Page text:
Tuesday, December 14, 2010

The Queen Elizabeth in Torrance

If you happen to visit the Del Amo Mall in Torrance, California - just on the corners of Carson and Del Amo - there is a good chance that you may see this building:

No, it's not a mortuary (despite the fact it looks just like one). It's a CapitalSource Bank that happens to have some very sacred maritime items on display. The anchor that you see in the photo came from the famous Cunarder RMS Queen Elizabeth. After the liner's fiery 1972 demise in Hong Kong Harbor, it was salvaged (along with some other objects) and sent back to California to create a monument at Mr. C.Y. Tung's offices there. Although he no longer has any claim to the property, the memorial still stands.

I first learned of its existence several years ago through an acquaintance, but was unable to visit at the time for a variety of (uninteresting) reasons. On the heels of my Queen Mary propeller hunt this summer, however, I decided to finally pay it a visit. After getting slightly lost on the freeway and parking (somewhat illegally) at a nearby center, I made my way over to the Lizzie's remnants. Awe and reverence swept over me like a rogue wave as I snapped this photo:

Just like the Queen Mary's anchors, the Elizabeth's were 18 feet tall and weighed 16 tons. Each of those links are 2 feet long and weigh close to 225 pounds.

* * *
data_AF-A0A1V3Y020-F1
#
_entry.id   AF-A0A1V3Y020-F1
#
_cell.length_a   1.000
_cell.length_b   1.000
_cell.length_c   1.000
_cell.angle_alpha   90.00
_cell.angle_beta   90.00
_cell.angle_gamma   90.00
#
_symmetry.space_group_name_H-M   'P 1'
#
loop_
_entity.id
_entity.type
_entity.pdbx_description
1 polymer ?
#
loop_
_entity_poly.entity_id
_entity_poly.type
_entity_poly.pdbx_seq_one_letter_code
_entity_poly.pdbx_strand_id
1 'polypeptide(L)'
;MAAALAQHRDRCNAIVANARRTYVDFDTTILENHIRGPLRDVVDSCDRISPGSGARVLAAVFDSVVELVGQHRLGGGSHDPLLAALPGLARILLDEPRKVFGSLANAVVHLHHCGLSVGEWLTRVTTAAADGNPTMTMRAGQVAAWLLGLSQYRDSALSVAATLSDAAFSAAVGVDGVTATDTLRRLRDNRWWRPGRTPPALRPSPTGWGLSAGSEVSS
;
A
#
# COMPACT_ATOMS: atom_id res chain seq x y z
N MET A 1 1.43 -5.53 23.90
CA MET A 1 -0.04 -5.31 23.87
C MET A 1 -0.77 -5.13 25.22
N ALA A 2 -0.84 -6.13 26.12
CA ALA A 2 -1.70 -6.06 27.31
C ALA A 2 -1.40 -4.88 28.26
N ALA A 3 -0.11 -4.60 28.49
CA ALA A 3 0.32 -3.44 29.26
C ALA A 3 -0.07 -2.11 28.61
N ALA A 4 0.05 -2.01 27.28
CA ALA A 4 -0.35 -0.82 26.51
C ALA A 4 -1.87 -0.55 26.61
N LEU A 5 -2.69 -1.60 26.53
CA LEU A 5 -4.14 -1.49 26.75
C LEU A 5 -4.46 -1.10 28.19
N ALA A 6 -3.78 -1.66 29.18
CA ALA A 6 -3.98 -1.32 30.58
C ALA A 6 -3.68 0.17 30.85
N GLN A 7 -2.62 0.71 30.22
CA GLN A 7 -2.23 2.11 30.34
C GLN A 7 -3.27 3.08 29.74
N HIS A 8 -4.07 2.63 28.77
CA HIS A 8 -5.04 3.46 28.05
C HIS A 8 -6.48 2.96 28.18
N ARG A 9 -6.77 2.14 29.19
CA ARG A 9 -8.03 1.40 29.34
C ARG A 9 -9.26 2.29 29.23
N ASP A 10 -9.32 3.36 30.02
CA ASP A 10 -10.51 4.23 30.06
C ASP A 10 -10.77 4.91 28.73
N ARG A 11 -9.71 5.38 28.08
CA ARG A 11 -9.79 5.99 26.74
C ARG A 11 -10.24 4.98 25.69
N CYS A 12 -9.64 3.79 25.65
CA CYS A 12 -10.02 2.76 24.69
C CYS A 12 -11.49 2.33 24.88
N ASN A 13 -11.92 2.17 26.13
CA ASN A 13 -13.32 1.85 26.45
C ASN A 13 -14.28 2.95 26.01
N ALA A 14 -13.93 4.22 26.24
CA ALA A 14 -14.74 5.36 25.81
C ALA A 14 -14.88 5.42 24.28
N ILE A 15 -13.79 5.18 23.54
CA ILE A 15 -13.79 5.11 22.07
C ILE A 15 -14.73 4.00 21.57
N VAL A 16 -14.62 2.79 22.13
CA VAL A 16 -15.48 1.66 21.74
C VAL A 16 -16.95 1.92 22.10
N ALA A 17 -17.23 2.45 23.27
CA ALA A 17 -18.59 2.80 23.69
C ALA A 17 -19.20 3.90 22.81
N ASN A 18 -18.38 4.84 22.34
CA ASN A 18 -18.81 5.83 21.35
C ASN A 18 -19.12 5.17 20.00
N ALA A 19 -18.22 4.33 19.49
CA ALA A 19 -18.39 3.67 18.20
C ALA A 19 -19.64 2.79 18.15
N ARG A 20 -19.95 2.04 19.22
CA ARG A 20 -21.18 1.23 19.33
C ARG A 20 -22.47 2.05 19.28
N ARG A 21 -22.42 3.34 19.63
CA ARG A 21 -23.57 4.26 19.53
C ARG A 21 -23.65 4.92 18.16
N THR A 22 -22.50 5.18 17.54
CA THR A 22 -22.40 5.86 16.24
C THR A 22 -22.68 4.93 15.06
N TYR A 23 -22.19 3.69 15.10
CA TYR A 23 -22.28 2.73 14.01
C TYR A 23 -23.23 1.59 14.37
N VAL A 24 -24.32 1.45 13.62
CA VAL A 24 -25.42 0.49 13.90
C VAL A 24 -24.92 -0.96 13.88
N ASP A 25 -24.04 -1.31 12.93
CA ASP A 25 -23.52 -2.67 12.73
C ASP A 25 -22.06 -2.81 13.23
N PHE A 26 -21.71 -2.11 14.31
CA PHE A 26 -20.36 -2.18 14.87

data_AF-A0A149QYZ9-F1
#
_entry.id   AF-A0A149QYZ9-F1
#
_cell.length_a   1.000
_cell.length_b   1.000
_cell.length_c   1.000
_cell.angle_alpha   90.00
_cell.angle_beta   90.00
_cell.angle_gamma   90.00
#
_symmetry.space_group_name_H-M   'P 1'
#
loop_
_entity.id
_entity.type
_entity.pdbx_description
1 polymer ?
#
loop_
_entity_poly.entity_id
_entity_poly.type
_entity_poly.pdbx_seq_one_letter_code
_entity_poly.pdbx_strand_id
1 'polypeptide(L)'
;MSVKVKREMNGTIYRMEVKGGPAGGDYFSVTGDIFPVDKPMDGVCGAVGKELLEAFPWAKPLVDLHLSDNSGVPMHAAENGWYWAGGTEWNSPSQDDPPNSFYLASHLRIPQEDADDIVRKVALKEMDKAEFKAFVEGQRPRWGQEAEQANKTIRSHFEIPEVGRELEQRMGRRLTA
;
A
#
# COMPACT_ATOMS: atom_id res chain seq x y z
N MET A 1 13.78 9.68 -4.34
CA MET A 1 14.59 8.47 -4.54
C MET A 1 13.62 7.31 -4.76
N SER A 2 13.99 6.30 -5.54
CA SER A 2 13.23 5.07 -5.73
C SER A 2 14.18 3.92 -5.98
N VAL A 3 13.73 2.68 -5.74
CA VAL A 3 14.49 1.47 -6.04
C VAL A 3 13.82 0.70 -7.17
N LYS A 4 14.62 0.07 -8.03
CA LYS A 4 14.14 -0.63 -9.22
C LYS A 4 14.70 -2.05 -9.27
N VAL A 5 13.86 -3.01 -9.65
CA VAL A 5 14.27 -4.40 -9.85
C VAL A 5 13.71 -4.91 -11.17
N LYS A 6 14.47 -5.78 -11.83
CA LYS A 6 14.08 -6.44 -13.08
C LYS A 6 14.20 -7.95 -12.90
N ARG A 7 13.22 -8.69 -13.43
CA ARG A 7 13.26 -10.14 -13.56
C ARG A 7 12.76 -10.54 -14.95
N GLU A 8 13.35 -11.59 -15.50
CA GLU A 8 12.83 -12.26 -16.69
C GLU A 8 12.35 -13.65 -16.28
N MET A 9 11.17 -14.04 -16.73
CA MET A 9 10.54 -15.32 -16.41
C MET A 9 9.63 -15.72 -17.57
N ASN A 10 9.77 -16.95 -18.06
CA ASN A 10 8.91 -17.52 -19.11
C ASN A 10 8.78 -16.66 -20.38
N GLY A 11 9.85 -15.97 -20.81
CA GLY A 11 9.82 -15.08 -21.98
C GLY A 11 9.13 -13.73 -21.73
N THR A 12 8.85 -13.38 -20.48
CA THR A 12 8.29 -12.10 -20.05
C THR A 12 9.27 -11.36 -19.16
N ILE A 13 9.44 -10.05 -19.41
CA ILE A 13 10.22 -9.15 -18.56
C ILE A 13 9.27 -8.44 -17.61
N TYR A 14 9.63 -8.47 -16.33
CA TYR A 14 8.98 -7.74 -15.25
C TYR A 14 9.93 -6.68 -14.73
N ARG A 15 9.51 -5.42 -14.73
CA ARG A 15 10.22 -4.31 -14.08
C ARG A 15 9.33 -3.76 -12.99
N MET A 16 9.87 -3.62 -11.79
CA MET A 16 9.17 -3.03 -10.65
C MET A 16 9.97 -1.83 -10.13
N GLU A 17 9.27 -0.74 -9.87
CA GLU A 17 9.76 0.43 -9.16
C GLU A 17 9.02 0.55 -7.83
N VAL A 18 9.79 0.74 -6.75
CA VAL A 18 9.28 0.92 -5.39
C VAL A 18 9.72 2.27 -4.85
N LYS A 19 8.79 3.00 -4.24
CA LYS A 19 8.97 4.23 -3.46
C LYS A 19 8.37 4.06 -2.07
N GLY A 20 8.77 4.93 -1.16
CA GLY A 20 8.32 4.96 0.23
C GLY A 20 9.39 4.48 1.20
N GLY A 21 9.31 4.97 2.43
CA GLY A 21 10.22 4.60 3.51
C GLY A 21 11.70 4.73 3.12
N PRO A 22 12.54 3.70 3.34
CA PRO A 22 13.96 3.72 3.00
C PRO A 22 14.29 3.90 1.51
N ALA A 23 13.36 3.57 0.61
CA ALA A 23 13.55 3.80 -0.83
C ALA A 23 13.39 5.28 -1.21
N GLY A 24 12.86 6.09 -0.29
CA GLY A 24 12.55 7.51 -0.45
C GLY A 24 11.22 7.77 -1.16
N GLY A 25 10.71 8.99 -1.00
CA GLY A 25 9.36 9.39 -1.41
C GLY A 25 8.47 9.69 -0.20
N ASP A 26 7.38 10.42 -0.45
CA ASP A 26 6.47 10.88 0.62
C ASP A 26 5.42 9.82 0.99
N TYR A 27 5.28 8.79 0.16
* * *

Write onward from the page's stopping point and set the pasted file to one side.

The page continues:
And here are perhaps the most sacred objects of them all: the letters "Q" and "E" that spelled out the ship's name. Another set is on display in New York, as I understand, but are in rather poor condition. These letters had a broken plexiglass cover over them and you can see it in the top right corner of the photo. It was already cast to one side when I arrived, but I was sure to replace it when I left.

In addition to letters from Governor Jerry Brown and Elizabeth, the Queen Mother (those photos did not come out at all) there is a plaque on the site that reads:

The R.M.S. "Queen Elizabeth", 83,673 gross tons, was the biggest and fastest passenger liner ever built. She contributed valuable service as a troop carrier during World War II. In peace, she served as a blue-ribboned* passenger ship for two decades. C.Y. Tung of Seawise Foundation acquired her and renamed her "Seawise University", but she was destroyed by fire in Hongkong harbor on January 9, 1972 just as her renovation and conversion work was about to be completed. Her projected work as a floating university has been taken up by the S.S. "Universe Campus" based in Los Angeles. Her bow initials "Q" and "E" and her anchor are placed her in Los Angeles County appropriately as a memento of her service and contribution unrivaled in shipping history.

* = The Queen Elizabeth never held the Blue Riband.

It was an extremely touching pilgrimage. I realized that this is as close as I or anyone is going to get to the Queen Elizabeth (unless we dive to the 40-50 percent still underwater in Hong Kong), and being able to touch these objects helped bring her closer to me. Although the Queen Elizabeth is goine, she continues to exist in the hearts and minds of countless former crew members and passengers who sailed aboard her, as well as the enthusiasts and historians who study her. Long live the Queen!


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  2. Thanks for sharing this - I sailed on the QE in 1957 from Halifax, NS (due to a dockworker strike in NYC) to Southampton.

  3. Fascinating! Are these things still there? I would also like to make the pilgrimage.